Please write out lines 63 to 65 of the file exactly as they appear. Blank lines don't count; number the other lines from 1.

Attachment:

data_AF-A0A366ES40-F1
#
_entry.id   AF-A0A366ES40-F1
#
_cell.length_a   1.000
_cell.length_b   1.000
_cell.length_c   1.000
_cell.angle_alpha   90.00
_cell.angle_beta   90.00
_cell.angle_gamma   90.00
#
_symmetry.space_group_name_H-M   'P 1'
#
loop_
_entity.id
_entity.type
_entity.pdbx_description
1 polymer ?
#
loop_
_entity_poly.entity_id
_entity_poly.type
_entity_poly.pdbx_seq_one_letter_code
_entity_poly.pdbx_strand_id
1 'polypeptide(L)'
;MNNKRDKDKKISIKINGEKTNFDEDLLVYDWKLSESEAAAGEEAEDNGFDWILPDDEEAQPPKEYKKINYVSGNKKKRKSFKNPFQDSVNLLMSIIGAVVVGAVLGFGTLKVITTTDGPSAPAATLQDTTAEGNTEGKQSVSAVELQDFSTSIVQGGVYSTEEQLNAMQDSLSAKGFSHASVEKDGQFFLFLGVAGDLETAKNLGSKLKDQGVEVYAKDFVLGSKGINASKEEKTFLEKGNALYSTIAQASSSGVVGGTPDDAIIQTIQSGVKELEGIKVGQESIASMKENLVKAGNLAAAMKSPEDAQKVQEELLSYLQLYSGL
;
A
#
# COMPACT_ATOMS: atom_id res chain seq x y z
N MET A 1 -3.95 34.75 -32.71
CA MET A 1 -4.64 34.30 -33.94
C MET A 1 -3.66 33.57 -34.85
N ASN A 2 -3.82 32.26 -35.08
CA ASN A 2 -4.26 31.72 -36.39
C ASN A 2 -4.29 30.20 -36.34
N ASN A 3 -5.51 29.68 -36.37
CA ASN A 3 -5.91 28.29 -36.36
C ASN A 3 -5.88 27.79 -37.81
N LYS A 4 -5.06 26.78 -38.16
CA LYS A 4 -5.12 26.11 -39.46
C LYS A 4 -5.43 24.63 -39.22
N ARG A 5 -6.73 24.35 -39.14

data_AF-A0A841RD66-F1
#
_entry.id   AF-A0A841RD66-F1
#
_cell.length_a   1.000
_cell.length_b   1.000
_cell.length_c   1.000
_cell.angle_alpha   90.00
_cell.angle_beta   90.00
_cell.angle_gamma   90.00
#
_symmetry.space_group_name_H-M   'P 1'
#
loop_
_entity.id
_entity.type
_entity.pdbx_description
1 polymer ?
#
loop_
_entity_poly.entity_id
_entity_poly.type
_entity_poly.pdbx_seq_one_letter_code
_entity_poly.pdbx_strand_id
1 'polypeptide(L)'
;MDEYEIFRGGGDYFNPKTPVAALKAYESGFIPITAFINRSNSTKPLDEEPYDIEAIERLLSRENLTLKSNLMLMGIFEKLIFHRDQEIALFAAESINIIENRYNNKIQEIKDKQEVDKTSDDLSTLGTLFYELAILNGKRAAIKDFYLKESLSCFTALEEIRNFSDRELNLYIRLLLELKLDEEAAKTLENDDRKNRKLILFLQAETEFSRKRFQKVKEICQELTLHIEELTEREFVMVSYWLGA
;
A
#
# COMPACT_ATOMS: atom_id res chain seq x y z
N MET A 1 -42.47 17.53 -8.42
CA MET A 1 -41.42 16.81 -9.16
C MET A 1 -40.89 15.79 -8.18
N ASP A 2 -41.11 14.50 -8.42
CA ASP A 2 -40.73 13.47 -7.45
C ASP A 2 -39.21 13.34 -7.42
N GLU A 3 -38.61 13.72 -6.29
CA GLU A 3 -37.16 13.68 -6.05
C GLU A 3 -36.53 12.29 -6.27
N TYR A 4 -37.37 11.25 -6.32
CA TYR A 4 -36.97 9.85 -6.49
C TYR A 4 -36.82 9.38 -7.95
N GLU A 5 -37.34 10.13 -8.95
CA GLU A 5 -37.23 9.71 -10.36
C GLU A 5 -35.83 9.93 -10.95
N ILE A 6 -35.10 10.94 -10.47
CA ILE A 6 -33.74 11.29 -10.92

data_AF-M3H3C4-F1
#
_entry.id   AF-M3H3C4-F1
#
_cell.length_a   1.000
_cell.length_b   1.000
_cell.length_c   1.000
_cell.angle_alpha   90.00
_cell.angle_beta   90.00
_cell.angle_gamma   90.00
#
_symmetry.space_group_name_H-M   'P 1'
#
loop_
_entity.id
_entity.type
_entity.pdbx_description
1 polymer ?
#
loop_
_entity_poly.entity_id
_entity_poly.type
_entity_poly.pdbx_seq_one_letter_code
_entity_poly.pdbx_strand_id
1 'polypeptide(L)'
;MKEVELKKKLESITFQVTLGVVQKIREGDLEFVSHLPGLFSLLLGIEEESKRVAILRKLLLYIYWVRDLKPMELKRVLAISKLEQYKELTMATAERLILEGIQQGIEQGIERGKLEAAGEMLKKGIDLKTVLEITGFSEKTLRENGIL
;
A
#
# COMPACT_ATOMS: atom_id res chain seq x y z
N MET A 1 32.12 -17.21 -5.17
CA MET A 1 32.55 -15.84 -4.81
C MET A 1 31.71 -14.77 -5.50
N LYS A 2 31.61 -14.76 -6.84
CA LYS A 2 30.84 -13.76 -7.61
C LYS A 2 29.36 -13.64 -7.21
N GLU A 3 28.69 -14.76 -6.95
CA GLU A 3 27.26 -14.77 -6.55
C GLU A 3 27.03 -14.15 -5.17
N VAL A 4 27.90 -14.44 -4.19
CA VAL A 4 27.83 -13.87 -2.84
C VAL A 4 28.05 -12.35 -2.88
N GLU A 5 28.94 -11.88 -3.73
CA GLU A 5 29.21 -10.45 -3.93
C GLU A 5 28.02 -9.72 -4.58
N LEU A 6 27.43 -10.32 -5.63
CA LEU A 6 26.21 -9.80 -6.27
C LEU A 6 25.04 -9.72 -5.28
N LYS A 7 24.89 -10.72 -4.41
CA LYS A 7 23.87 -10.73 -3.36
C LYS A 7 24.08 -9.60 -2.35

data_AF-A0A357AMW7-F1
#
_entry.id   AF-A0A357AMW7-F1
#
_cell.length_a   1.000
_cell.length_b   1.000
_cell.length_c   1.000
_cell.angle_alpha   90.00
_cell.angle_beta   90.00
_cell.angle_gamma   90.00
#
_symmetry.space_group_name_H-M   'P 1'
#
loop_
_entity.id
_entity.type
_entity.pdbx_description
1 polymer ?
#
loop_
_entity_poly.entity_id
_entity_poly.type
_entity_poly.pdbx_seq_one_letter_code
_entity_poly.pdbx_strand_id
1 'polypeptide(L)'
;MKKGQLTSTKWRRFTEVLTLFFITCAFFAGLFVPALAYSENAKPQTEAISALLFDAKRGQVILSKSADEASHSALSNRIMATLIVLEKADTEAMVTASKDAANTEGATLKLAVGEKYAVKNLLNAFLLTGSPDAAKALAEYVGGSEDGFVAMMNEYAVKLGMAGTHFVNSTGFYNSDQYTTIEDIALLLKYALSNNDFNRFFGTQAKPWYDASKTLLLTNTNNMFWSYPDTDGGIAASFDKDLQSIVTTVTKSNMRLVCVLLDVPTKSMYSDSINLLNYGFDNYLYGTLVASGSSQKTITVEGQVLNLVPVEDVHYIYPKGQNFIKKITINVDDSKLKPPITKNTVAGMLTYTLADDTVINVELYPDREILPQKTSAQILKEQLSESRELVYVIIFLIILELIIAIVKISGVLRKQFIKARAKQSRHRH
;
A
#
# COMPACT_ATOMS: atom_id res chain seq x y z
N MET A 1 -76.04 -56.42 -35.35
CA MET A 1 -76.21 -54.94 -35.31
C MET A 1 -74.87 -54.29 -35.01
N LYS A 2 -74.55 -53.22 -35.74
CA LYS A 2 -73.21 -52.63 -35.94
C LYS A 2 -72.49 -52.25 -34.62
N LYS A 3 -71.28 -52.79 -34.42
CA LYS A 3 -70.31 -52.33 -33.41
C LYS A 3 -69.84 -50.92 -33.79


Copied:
loop_
_entity_poly.entity_id
_entity_poly.type